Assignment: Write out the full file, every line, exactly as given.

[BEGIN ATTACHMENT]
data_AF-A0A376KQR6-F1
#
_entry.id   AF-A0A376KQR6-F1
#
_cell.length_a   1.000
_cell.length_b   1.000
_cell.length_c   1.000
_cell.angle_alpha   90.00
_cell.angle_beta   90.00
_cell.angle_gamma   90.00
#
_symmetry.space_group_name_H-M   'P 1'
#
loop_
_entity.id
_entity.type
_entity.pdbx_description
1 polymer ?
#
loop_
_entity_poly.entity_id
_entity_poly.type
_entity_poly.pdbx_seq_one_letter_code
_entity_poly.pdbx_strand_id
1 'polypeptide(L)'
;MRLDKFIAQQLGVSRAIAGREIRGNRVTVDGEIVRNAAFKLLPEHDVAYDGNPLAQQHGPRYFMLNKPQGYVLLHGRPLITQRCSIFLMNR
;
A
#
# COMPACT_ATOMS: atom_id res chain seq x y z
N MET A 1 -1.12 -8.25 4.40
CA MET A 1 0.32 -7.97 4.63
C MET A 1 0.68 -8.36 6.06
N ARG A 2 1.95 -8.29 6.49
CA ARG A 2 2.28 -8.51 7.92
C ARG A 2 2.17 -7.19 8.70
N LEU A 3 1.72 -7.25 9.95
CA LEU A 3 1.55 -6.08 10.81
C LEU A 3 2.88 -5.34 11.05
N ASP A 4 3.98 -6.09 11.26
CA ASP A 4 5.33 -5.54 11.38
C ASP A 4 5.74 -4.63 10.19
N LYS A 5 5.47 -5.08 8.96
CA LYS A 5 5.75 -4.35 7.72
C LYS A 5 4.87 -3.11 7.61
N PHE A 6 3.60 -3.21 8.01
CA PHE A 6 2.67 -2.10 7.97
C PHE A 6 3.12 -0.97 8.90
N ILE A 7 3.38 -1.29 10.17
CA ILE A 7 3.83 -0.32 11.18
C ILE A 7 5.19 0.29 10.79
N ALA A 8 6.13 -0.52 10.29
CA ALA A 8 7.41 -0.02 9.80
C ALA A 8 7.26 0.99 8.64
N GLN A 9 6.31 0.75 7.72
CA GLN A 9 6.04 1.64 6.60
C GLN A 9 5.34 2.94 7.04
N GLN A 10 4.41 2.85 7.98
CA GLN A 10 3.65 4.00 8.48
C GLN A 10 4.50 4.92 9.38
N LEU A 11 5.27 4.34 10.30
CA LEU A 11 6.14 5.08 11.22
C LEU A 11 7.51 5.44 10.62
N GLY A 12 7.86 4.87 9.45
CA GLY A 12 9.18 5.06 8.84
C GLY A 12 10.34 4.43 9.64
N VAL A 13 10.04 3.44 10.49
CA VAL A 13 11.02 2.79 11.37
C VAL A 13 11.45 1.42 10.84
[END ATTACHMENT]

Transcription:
data_AF-A0A376KQR6-F1
#
_entry.id   AF-A0A376KQR6-F1
#
_cell.length_a   1.000
_cell.length_b   1.000
_cell.length_c   1.000
_cell.angle_alpha   90.00
_cell.angle_beta   90.00
_cell.angle_gamma   90.00
#
_symmetry.space_group_name_H-M   'P 1'
#
loop_
_entity.id
_entity.type
_entity.pdbx_description
1 polymer ?
#
loop_
_entity_poly.entity_id
_entity_poly.type
_entity_poly.pdbx_seq_one_letter_code
_entity_poly.pdbx_strand_id
1 'polypeptide(L)'
;MRLDKFIAQQLGVSRAIAGREIRGNRVTVDGEIVRNAAFKLLPEHDVAYDGNPLAQQHGPRYFMLNKPQGYVLLHGRPLITQRCSIFLMNR
;
A
#
# COMPACT_ATOMS: atom_id res chain seq x y z
N MET A 1 -1.12 -8.25 4.40
CA MET A 1 0.32 -7.97 4.63
C MET A 1 0.68 -8.36 6.06
N ARG A 2 1.95 -8.29 6.49
CA ARG A 2 2.28 -8.51 7.92
C ARG A 2 2.17 -7.19 8.70
N LEU A 3 1.72 -7.25 9.95
CA LEU A 3 1.55 -6.08 10.81
C LEU A 3 2.88 -5.34 11.05
N ASP A 4 3.98 -6.09 11.26
CA ASP A 4 5.33 -5.54 11.38
C ASP A 4 5.74 -4.63 10.19
N LYS A 5 5.47 -5.08 8.96
CA LYS A 5 5.75 -4.35 7.72
C LYS A 5 4.87 -3.11 7.61
N PHE A 6 3.60 -3.21 8.01
CA PHE A 6 2.67 -2.10 7.97
C PHE A 6 3.12 -0.97 8.90
N ILE A 7 3.38 -1.29 10.17
CA ILE A 7 3.83 -0.32 11.18
C ILE A 7 5.19 0.29 10.79
N ALA A 8 6.13 -0.52 10.29
CA ALA A 8 7.41 -0.02 9.80
C ALA A 8 7.26 0.99 8.64
N GLN A 9 6.31 0.75 7.72
CA GLN A 9 6.04 1.64 6.60
C GLN A 9 5.34 2.94 7.04
N GLN A 10 4.41 2.85 7.98
CA GLN A 10 3.65 4.00 8.48
C GLN A 10 4.50 4.92 9.38
N LEU A 11 5.27 4.34 10.30
CA LEU A 11 6.14 5.08 11.22
C LEU A 11 7.51 5.44 10.62
N GLY A 12 7.86 4.87 9.45
CA GLY A 12 9.18 5.06 8.84
C GLY A 12 10.34 4.43 9.64
N VAL A 13 10.04 3.44 10.49
CA VAL A 13 11.02 2.79 11.37
C VAL A 13 11.45 1.42 10.84